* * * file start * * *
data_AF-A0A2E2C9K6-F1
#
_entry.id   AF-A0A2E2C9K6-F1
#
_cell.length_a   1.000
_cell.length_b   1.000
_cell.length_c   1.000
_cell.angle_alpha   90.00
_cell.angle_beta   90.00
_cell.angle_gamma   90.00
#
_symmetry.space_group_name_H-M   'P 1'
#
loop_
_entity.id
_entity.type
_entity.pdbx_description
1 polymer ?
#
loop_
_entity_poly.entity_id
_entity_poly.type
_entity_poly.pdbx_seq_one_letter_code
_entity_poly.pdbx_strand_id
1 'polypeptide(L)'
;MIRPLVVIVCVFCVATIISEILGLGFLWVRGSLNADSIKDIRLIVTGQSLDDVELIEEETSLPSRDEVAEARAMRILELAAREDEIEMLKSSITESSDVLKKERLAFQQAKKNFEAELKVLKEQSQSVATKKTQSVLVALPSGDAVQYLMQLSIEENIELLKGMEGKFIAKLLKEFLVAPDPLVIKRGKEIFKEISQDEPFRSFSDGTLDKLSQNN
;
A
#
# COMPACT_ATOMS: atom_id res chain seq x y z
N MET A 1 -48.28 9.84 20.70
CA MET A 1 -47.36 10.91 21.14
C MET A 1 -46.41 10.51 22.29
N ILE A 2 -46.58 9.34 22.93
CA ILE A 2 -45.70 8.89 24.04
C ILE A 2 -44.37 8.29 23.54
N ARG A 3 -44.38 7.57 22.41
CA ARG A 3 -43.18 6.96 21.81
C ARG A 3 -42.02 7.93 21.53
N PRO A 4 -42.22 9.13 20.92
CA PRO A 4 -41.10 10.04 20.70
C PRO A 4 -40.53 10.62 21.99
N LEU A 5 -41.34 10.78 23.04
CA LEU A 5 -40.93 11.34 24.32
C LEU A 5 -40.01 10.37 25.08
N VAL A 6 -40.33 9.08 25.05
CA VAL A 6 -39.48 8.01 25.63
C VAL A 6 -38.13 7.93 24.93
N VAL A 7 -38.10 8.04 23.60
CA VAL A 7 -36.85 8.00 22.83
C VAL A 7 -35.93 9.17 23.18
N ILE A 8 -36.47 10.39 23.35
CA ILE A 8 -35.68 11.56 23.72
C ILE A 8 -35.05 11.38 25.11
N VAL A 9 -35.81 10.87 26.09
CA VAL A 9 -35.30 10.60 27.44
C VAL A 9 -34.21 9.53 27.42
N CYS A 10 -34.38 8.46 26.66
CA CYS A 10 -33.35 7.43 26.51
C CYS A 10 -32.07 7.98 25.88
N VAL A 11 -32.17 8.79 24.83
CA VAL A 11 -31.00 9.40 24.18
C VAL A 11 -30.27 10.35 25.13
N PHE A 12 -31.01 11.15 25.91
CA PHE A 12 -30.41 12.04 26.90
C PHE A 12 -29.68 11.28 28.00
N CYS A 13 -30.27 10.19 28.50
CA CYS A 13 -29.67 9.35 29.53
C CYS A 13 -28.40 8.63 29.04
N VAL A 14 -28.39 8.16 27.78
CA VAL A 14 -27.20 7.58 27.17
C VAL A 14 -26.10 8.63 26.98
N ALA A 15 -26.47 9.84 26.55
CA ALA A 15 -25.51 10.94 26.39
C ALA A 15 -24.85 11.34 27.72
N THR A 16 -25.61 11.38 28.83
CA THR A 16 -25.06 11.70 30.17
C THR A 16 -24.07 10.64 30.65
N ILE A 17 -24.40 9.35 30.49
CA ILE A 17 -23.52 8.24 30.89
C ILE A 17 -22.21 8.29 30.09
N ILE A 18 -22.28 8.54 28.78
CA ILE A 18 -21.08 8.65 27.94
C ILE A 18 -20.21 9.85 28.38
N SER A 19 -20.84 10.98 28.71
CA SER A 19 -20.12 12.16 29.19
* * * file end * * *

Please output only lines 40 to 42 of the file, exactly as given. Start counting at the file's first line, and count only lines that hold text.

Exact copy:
N PRO A 4 -42.22 9.13 20.92
CA PRO A 4 -41.10 10.04 20.70
C PRO A 4 -40.53 10.62 21.99